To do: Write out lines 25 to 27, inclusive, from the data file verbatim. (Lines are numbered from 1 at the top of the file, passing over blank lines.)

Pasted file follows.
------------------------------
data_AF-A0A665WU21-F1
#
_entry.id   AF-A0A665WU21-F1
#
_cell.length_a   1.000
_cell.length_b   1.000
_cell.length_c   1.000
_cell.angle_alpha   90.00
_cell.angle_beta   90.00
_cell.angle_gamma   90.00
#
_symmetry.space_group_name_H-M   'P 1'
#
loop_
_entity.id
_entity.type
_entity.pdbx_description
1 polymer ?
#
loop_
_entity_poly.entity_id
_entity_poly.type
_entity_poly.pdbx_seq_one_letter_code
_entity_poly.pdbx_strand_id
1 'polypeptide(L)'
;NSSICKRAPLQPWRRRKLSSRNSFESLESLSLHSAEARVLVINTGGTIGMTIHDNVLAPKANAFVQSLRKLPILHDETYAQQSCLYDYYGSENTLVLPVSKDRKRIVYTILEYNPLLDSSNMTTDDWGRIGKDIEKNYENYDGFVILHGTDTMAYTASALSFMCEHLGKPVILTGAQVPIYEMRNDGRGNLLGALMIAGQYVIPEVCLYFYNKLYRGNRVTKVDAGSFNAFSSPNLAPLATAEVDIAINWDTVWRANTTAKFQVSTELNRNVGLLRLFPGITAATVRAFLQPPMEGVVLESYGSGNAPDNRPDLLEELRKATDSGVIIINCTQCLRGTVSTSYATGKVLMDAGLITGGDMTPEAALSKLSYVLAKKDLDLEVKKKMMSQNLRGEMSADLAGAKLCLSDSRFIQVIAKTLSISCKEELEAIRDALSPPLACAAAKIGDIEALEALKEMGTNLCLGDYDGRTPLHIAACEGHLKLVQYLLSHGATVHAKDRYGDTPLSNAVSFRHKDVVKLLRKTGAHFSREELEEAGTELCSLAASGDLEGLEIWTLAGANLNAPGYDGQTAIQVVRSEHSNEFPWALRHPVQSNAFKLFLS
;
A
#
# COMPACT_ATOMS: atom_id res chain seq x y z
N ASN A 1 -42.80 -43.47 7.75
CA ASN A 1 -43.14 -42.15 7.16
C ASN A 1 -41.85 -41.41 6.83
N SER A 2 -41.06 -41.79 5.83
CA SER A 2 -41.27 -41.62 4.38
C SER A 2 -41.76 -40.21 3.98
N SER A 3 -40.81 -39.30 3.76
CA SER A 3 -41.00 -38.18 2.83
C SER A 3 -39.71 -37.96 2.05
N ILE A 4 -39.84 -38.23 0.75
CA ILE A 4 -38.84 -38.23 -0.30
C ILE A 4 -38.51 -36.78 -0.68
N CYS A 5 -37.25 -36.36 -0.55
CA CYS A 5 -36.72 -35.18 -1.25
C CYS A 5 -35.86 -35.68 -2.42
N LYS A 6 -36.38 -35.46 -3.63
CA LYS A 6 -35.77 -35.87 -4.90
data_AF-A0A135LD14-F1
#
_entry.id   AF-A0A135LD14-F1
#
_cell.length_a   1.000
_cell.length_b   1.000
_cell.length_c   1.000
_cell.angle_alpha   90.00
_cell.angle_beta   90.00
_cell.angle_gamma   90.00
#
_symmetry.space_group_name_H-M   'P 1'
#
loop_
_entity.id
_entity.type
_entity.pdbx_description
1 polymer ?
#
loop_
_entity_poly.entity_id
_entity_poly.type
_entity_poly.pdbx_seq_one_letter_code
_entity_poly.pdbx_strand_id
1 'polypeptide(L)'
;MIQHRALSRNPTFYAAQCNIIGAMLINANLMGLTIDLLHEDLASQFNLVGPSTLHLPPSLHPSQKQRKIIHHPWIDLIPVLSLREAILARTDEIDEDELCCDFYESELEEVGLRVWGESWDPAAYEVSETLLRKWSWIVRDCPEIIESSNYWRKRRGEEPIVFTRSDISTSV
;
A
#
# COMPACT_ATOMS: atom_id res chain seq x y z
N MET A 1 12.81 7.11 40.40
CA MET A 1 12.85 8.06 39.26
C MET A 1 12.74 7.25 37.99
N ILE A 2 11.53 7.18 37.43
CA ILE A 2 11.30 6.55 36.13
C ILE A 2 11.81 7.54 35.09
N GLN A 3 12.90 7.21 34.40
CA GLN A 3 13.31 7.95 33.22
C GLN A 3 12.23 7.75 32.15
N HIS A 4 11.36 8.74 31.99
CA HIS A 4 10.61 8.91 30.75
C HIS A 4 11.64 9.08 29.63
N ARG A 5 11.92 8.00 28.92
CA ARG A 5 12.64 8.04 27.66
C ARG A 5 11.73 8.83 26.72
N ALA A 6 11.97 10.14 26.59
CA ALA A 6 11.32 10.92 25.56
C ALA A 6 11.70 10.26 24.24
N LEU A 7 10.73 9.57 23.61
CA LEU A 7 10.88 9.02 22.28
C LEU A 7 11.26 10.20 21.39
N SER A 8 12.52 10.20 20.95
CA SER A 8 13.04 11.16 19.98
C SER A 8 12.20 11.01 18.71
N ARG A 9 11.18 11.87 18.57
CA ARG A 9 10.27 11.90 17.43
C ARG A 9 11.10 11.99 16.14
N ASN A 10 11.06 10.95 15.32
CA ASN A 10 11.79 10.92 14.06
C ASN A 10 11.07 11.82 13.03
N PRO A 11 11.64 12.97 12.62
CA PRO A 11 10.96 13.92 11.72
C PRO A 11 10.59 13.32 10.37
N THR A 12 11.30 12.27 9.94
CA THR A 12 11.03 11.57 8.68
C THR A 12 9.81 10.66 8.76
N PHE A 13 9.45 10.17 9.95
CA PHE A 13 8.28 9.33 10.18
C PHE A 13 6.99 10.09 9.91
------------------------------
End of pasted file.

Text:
1 'polypeptide(L)'
;NSSICKRAPLQPWRRRKLSSRNSFESLESLSLHSAEARVLVINTGGTIGMTIHDNVLAPKANAFVQSLRKLPILHDETYAQQSCLYDYYGSENTLVLPVSKDRKRIVYTILEYNPLLDSSNMTTDDWGRIGKDIEKNYENYDGFVILHGTDTMAYTASALSFMCEHLGKPVILTGAQVPIYEMRNDGRGNLLGALMIAGQYVIPEVCLYFYNKLYRGNRVTKVDAGSFNAFSSPNLAPLATAEVDIAINWDTVWRANTTAKFQVSTELNRNVGLLRLFPGITAATVRAFLQPPMEGVVLESYGSGNAPDNRPDLLEELRKATDSGVIIINCTQCLRGTVSTSYATGKVLMDAGLITGGDMTPEAALSKLSYVLAKKDLDLEVKKKMMSQNLRGEMSADLAGAKLCLSDSRFIQVIAKTLSISCKEELEAIRDALSPPLACAAAKIGDIEALEALKEMGTNLCLGDYDGRTPLHIAACEGHLKLVQYLLSHGATVHAKDRYGDTPLSNAVSFRHKDVVKLLRKTGAHFSREELEEAGTELCSLAASGDLEGLEIWTLAGANLNAPGYDGQTAIQVVRSEHSNEFPWALRHPVQSNAFKLFLS
;